11. That was such a great contest, wasn't it? I learned so much! I'm with you on the gross being a turn the goldfish sentence though. Made me wonder if Mom had some "issues" keeping dead pets in the freezer. 0_o
    Edge of Your Seat Romance

  12. Ah...I picked out 1 thing I do in my first paragraph! (she did's...) Nards! This is great stuff though! Keep it coming!!

  13. Reading other's work is a great way to learn.

  14. I've never heard of this, but wow, you've read a lot of them!

  15. Good observations. I'm definitely with you on all accounts there. Most of those are turn-offs when I read them. Especially in the first paragraph!

  16. Woah. All that from the contest, a very good compilation of tips, I've gotta say. Opening paragraphs have never really been my strong suit, so this is really helpful, thanks!

  17. very interesting play by play! I'll have to agree w/ every one of your comments. Sometimes I think it can't be too hard to be an agent. How many good queries are you going to get? Would be kind of fun.

  18. Yep. My first para I entered = Reject. I use "was" in the first sentence and at least three other times in the paragraph :/ Oh well. Live and learn.

  19. I think I fail on the looooooong sentence front. My first sentence is 22 words long. WtH was I thinking? If it reduces my penalty, I did use commas. No one will ever read mine, though. It's just shy of 1400 on the list.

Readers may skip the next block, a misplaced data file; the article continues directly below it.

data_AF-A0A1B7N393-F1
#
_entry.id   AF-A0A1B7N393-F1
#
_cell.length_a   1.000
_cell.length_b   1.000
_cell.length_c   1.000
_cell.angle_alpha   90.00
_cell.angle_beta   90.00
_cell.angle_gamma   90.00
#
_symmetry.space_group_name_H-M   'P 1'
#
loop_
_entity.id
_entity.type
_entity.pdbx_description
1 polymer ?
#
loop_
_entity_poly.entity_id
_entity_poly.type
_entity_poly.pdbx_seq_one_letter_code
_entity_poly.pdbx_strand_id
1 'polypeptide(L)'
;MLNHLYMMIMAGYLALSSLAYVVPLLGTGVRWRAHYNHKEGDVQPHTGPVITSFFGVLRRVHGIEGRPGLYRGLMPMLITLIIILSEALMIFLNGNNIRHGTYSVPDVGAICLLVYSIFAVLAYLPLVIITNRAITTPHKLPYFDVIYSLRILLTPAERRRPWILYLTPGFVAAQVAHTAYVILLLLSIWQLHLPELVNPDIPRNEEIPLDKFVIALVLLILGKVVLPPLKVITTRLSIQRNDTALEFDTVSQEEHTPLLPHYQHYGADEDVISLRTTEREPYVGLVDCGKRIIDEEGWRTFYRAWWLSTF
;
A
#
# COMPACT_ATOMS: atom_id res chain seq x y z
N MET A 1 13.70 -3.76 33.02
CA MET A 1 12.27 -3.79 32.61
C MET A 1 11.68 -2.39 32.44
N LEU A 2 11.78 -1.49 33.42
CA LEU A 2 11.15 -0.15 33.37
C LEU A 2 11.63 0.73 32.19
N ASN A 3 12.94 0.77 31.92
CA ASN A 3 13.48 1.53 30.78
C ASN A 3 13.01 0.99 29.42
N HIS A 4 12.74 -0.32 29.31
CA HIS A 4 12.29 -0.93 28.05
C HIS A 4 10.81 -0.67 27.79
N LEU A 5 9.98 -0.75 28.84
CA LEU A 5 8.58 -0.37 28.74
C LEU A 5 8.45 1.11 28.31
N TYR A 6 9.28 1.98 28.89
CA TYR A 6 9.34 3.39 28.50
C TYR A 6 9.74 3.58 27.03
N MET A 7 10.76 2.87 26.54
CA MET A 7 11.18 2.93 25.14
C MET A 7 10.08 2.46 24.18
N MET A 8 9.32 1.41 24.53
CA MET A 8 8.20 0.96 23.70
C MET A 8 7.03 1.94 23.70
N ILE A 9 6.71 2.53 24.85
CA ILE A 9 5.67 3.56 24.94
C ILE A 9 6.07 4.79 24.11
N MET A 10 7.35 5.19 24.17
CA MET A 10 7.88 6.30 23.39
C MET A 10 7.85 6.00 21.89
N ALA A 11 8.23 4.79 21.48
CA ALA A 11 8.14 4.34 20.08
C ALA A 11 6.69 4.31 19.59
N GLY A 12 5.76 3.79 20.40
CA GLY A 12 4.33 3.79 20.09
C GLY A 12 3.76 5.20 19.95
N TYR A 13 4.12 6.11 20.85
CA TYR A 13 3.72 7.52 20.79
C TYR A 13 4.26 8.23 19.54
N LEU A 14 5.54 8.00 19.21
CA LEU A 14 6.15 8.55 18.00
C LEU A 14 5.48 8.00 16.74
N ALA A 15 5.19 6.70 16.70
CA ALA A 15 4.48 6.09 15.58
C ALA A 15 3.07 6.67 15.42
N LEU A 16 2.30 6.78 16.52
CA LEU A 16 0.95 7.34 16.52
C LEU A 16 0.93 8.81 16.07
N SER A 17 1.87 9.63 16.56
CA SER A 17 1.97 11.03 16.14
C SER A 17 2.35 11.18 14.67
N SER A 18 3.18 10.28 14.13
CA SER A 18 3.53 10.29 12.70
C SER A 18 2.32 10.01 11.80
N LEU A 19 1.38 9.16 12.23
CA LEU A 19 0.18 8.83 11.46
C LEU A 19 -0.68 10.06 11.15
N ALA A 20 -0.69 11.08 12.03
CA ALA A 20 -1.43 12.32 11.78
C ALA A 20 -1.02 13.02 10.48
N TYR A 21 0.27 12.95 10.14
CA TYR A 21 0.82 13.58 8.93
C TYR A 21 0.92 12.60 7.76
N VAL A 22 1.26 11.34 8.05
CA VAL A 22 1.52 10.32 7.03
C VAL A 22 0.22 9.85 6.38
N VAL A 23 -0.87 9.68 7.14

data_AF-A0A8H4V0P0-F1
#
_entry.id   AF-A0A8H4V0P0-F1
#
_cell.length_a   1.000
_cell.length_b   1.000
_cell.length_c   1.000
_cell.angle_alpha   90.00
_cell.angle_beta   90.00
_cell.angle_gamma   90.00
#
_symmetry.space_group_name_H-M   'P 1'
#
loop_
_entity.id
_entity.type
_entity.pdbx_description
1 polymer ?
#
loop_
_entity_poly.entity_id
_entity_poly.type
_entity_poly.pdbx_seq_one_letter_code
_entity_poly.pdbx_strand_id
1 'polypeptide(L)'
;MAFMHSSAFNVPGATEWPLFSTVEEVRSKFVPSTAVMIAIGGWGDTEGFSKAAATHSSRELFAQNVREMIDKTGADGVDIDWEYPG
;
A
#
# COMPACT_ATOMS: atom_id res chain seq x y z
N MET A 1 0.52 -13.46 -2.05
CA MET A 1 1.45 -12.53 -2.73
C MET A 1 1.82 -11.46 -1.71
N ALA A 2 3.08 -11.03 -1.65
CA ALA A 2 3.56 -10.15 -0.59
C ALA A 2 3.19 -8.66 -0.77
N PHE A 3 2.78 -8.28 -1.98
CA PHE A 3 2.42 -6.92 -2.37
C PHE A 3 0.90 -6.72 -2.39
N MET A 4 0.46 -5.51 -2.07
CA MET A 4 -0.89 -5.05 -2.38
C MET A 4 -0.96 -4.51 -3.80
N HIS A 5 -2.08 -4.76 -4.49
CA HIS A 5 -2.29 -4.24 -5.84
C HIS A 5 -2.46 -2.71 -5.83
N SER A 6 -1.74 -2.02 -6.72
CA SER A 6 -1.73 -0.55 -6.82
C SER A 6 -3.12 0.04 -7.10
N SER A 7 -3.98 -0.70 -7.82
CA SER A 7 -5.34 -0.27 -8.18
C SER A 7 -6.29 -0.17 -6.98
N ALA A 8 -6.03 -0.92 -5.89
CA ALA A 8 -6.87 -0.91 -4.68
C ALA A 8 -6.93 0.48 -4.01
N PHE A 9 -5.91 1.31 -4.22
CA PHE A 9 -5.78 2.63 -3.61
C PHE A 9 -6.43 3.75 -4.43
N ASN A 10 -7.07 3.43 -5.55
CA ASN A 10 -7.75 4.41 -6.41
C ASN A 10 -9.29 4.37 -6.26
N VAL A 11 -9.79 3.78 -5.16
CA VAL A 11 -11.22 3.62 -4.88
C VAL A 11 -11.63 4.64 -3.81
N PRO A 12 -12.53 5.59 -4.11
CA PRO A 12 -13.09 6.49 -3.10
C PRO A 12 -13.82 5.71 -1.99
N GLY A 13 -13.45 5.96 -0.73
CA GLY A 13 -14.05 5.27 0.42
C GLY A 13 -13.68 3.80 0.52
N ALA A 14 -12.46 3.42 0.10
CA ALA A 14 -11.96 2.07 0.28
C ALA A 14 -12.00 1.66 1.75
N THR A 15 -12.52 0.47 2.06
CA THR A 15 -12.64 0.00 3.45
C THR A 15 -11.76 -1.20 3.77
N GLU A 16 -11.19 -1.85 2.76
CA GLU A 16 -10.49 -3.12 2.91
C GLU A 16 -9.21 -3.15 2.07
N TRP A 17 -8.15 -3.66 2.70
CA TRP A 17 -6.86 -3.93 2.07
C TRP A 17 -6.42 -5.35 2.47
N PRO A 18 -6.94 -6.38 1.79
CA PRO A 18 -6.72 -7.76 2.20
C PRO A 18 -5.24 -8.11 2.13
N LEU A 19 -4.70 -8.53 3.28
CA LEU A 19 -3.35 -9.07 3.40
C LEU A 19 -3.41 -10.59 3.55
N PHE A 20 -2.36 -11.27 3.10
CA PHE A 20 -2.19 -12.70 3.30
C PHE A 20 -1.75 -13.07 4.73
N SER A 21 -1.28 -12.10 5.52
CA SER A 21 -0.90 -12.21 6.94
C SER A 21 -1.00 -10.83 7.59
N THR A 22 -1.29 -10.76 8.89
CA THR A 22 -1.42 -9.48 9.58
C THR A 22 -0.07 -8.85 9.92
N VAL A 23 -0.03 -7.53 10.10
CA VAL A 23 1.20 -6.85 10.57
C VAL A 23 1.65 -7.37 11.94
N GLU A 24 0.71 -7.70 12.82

20. I've not heard of this but your summary is a great reminder of what NOT to do in opening paragraphs. Very helpful post.

  21. Wow, you've done a lot of reading! Great observations. I agree with all of them. That first paragraph is so important.

  22. I'm pretty sure I've broken all those rules and then some. *ducking my head in shame*

    Good pointers, though. I'm still new at this and every little piece of advice helps.

  23. This is a great list. Just one quibble:

    Re: Update #2, using "was" or "had" is bland, but it is not always passive voice. People often confuse this rule. Passive voice is when you take the person / thing doing the action out of the sentence:

    The mushrooms were picked.

    Who picked the mushrooms? WHO???? You can't answer the question: passive voice allows you to hide who did the action.

    Worse yet:

    The mushrooms were picked by me.

    Now we know who did it, but the sentence isn't dynamic. "I picked the mushrooms" is much more economical.


    The mushrooms were hot.
    The mushrooms were spicy.
    The mushrooms were hallucinogenic.
    The mushrooms were deadly.

    None of these sentences is passive voice. Mushrooms are the object of the sentence, and the "were"s are a bridge to the adjective.

    Just to clarify.


  24. Love this. Am going to look over my own first paragraph now. And then all the others. And then maybe submit? Maybe edit some more :)